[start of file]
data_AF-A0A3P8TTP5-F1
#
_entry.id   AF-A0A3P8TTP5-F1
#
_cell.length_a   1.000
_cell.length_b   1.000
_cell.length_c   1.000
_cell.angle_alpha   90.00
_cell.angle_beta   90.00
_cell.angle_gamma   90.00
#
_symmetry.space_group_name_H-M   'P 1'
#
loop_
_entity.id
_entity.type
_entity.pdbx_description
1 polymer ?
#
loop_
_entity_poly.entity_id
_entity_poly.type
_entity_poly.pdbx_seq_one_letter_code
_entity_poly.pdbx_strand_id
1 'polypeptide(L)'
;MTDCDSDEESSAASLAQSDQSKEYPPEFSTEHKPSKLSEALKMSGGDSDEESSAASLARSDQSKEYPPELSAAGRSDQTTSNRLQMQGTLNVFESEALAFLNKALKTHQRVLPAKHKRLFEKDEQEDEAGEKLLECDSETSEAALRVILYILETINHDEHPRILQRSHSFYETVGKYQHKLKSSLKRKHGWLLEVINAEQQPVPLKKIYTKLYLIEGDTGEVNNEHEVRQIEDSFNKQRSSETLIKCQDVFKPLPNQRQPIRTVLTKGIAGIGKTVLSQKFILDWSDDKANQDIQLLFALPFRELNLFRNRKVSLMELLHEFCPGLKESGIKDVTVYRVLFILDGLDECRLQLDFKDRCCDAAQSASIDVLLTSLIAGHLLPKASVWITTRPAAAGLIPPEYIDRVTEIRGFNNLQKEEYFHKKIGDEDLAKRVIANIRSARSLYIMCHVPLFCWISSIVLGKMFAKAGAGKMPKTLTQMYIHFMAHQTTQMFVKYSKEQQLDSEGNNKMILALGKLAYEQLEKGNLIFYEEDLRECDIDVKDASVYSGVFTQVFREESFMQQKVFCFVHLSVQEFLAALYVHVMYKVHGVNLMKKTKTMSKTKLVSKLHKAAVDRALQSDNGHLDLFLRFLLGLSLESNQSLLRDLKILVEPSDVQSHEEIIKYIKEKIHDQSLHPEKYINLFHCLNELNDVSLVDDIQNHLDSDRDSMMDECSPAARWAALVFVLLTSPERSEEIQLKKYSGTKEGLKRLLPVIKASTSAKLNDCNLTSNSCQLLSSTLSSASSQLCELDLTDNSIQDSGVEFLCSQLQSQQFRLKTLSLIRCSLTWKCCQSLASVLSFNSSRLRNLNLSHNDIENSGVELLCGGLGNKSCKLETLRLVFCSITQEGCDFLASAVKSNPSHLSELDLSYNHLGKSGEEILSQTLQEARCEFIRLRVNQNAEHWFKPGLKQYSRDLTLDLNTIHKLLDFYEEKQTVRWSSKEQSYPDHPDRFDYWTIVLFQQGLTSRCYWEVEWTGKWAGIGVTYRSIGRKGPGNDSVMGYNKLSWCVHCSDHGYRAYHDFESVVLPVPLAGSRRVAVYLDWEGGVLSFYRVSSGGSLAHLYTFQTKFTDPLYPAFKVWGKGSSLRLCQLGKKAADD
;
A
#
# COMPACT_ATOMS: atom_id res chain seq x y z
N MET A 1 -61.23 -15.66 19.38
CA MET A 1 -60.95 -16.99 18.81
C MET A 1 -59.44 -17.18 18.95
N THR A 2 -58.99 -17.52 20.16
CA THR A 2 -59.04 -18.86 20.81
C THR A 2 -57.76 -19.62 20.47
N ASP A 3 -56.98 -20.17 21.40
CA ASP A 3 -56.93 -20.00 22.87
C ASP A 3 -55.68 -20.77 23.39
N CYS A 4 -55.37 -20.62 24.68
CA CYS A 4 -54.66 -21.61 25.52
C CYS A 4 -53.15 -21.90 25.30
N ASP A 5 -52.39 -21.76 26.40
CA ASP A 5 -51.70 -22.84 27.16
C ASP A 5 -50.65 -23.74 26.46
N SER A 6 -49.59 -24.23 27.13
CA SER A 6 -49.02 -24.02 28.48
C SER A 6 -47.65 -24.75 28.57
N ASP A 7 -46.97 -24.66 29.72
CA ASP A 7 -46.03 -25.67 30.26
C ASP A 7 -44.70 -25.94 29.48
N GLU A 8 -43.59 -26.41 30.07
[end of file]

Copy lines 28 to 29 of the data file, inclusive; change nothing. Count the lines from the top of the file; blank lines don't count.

A
#